Smart Nation Snippets: News highlights from February 2018
In this monthly series, TechNews seeks out the most important and interesting Smart Nation stories to bring to you, the reader. This month, learn about the Smart Nation Scholarship, the new SingPass mobile app, the importance of digital inclusion, and how smart cities of the future can be made even smarter.
Talent is as crucial as technology in a Smart Nation, and Singapore’s Smart Nation ambitions are on track with the recent announcements of the Smart Nation Scholarship, a new SingPass mobile app, as well as the rollout of cashless payments at MRT stations.
While many welcome e-payments and digital government services for their convenience, you probably know also someone who has trouble using a ticketing machine to top up their MRT card, or who needs help navigating a website.
As much as technology is important, smart cities must also make digital inclusion a priority, so that the less tech-savvy are not left behind.
In other news, top talent makes its way back to Singapore, the gravitational pull of smart, connected cities gets stronger, and data helps city planners and policy makers solve complex urban problems. Read about these issues and more in this month’s Smart Nation Snippets.
A new Smart Nation Scholarship will be open for applications by end-2018, announced Dr Janil Puthucheary, Minister-in-charge of GovTech and Senior Minister of State, Ministry of Communications and Information (MCI) at the Committee of Supply (COS) debate.
Young talents will get to turn their ideas into reality at technology-oriented government agencies, including GovTech, the Cyber Security Agency and the Infocomm Media Development Authority.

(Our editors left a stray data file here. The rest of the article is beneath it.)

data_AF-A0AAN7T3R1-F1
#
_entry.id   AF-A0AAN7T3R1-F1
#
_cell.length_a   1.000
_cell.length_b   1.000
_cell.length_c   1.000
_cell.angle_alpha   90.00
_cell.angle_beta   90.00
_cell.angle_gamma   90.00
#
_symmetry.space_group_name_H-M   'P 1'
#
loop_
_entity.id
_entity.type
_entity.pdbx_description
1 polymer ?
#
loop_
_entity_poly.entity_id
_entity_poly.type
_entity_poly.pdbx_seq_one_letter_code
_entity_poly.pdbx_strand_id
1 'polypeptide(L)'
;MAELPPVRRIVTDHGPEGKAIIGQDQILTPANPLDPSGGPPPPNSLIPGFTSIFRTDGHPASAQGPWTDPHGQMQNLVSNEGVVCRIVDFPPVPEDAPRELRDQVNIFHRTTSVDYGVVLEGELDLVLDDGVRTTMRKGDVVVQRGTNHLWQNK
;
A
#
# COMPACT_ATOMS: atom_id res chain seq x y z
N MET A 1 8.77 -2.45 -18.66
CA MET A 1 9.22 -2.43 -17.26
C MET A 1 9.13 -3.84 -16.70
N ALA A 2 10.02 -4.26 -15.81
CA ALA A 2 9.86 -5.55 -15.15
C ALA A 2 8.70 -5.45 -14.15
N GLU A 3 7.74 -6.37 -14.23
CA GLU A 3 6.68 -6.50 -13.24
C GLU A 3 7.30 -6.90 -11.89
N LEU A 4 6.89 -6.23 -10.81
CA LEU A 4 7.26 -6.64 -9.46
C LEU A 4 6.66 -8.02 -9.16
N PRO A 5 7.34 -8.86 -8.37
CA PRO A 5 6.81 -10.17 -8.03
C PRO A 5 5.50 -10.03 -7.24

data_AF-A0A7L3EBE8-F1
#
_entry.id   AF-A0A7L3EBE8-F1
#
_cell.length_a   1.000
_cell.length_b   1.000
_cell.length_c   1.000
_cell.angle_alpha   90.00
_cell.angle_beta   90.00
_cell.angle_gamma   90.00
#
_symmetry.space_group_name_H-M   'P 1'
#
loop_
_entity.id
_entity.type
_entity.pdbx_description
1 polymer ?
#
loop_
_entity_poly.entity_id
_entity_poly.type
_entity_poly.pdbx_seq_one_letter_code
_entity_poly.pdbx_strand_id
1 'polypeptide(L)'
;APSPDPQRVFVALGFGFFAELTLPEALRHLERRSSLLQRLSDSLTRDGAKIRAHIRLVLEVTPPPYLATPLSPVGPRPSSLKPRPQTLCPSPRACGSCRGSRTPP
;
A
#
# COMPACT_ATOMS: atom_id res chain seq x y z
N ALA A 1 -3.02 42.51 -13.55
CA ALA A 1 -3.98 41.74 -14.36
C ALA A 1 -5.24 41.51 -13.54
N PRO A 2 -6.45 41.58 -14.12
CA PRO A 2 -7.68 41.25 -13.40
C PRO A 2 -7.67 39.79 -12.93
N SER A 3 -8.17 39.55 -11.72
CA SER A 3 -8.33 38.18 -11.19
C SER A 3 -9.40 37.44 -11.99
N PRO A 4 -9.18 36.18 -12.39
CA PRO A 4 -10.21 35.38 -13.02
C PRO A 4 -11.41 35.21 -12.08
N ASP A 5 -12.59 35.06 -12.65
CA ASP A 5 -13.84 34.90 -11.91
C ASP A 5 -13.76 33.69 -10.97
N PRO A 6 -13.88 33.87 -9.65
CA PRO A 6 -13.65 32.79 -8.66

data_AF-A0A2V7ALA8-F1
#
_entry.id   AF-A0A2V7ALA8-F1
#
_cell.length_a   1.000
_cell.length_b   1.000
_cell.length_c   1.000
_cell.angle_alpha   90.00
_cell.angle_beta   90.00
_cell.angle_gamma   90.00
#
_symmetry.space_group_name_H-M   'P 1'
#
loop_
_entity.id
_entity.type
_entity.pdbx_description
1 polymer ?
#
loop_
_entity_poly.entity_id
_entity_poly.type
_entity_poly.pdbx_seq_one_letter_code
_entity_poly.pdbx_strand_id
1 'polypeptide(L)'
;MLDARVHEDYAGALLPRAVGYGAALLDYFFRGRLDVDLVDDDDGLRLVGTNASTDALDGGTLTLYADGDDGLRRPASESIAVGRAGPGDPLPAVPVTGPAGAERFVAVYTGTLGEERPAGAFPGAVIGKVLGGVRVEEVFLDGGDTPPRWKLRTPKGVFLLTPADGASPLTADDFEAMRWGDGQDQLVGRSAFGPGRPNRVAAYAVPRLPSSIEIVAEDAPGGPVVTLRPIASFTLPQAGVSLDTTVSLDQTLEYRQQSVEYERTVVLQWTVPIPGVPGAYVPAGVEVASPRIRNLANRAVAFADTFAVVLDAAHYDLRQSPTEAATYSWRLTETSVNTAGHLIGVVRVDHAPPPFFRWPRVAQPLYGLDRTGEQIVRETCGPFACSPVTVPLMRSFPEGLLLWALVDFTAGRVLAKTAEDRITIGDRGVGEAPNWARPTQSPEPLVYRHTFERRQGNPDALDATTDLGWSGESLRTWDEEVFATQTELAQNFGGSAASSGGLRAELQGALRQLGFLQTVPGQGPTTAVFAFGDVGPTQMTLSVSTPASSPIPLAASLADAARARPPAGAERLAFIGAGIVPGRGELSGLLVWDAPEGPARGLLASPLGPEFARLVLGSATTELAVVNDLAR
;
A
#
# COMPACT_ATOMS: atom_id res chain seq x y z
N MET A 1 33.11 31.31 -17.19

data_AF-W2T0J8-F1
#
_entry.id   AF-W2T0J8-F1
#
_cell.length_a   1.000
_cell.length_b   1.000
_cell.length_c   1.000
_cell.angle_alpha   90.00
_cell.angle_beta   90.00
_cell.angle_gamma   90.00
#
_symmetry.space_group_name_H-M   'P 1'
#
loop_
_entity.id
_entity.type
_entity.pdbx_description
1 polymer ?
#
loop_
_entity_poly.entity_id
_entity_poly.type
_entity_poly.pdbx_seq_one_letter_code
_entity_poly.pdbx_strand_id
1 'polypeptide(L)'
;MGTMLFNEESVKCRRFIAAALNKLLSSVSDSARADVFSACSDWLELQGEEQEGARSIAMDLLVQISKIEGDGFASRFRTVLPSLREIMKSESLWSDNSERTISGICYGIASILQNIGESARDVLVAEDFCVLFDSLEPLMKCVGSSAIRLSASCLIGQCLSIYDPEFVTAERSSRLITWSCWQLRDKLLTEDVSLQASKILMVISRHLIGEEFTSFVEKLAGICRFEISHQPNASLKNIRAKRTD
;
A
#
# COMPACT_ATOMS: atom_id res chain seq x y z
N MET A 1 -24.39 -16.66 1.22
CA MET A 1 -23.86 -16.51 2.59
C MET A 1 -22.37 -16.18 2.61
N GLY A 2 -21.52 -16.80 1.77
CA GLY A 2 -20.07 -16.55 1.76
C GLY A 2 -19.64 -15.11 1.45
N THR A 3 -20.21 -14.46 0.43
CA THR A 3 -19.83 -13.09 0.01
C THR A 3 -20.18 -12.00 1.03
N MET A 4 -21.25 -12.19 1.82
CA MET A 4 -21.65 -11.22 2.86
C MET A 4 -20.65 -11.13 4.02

The COS debate also saw Minister-in-charge for Smart Nation Initiative Vivian Balakrishnan announcing the new SingPass Mobile app, to be launched in the second half of 2018. The app, part of National Digital Identity initiative, will make the SingPass platform more usable and secure. It enables two-factor authentication through a secure soft token stored on the phone, and a user-determined six-digit passcode or fingerprint. You will also no longer need to remember your Singpass password after the first login!
If you’re still using cash to top up your ez-link card, take heed: cash top-up services at train stations will be phased out by March 2018, marking the first step towards the Singapore government’s goal of a fully cashless public transport system by 2020.
To ease the transition, more than 150 service agents will be deployed in train stations to assist commuters with the use of self-help ticketing machines, where they can pay via electronic methods such as NETS or debit and credit cards.
A Smart Nation isn’t just about technology, but also about digital inclusion. As more and more of Singapore’s government services move online, it will be important to take steps to ensure that all segments of the population can continue to access them, says Dr Janil Puthucheary, Minister-in-charge of GovTech and Senior Minister of State, Ministry of Communications and Information (MCI), in this GovInsider interview.
Driven by the desire to make a direct impact on people’s lives, former Apple engineer Mr Quek Yang Boon moved from Silicon Valley to Singapore to help build the Smart Nation Sensor Platform and a network of smart lampposts. Now GovTech’s director for Smart Nation Systems and Solutions Sensors and IoT (Internet of Things), Mr Quek speaks about his work and his decision to return to Singapore in this Channel NewsAsia interview.
Because of their excellent connectivity and unparalleled ability to scale human and physical capital, smart cities will increasingly take the lead in solving global problems in a collaborative fashion, argues the author of this World Economic Forum article.
Nowadays, sensor networks in smart cities collect all kinds of physical data, such as information on air quality, traffic flow and noise levels. But cities remain short on social data—information on how people move around the city and use its spaces, why they prefer some areas over others, and their overall experience of the city, for example. Computer simulations that combine both types of data can help city planners solve problems such as congestion or urban segregation, write the authors of this article in The Conversation.